Once you’ve decided that you want to learn how to play the guitar, it’s time to make another important decision: acoustic or electric? Though they may seem quite similar, there’s actually a few differences that could help you make your choice.

You might have heard that beginners should start with an acoustic guitar because it’s harder to play than an electric           so it will strengthen your fingers and hands faster, but this isn’t necessarily the best thing for everyone. In reality, playing a guitar well isn’t about strength as much as it is about control, and how well you can control your instrument. The best guitar to start with is the one that you are truly interested in learning.

Differences between Acoustic and Electric Guitars

Acoustic Guitars:

    • They require less of an investment. To play an acoustic guitar all you need is the guitar itself and a few standard accessories like picks and strings making them a cheaper initial investment.
    • You can focus on the instrument. With an acoustic guitar there are no pedals, no distortion and no volume knobs to distract you from learning how to play the instrument itself.
    • They are easy to pick up and play. When you store your guitar in a case or a stand, it is easy to pick up and just start playing. With an electric guitar you have to set up a bunch of equipment before you start playing.
    • It is easy to carry with you. Whether you want to travel around the world with your guitar or just take it to the lake for some fireside tunes, an acoustic guitar is easy to pop into the case and take it wherever you need to go.

Electric Guitars:

    • They are easy to play. The strings on an electric guitar are thinner and closer to the fretboard than an acoustic guitars’, making it easier to learn the proper finger shapes and play the proper notes. They also have a smaller body and thinner neck so are easier to hold. The strings are also a lower weight so are easier to play than the thicker strings on an acoustic.
    • The volume is controllable. Since the guitar has to be plugged into an amp to make noise, the volume can be adjusted both up and down unlike an acoustic guitar that only has one volume level. It’s also possible to practice while wearing headphones!
    • They’re more versatile. There are so many cool effects and sounds available to you with the electric guitar, so there really is no limit to the kinds of music you can create.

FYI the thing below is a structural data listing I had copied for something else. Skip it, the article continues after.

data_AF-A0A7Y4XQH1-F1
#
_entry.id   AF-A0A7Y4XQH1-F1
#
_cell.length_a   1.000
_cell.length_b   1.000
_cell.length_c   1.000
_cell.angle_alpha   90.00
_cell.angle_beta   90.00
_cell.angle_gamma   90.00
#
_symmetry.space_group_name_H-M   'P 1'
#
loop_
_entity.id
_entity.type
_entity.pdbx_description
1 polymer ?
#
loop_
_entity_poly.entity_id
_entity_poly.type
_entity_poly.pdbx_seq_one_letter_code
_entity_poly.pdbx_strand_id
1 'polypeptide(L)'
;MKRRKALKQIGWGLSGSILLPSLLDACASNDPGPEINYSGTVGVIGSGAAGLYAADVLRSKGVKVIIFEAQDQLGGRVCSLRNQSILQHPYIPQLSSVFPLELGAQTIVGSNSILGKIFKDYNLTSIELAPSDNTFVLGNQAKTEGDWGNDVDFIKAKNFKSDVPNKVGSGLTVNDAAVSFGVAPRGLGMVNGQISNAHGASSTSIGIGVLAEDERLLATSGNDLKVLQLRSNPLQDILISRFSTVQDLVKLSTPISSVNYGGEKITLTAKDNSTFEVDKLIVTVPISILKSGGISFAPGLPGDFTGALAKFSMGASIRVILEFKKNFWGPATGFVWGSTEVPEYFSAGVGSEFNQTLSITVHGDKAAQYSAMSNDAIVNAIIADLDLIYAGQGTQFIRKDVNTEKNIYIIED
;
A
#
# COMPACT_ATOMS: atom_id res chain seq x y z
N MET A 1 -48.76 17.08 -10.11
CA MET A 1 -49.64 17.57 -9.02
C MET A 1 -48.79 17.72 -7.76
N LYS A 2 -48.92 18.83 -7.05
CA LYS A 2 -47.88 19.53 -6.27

Things to Consider When Choosing Which Guitar

You should be excited about your instrument

If you aren’t excited about the instrument you choose it will feel like work every time you think about picking it up to practice. In the same way, an instrument you are excited about will be easier to learn than one that doesn’t spark those same feelings. When your guitar is one you put thought into choosing and its one you really want to play, practice time won’t feel like such a drag and you’ll be more motivated to learn how to play.

Consider your budget

Though your guitar choice should come down to interest level first, realistically you may have to consider your budget, too. Choosing an electric guitar is likely to be more expensive than an acoustic one, since more tools and accessories are needed to get started. However, if your heart really is set on an electric guitar, it might be worth saving a little longer so you have an instrument you truly love to play.

Your first guitar is just that… your first

Regardless of which guitar you decide to start with, it’s almost a guarantee that you’ll end up wanting to grow your collection and skills by getting another guitar (or 2!). So, choose well for your first one, and you’ll no doubt be facing a similar decision process with more experience the next time around.

After deciding your guitar type, it’s time for lessons!

Once you’ve decided which guitar is the right one for you to start learning how to play it’s time to get signed up for lessons. With a great teacher, you’ll be well on your way to strumming campfire tunes and starting a rock band in no time!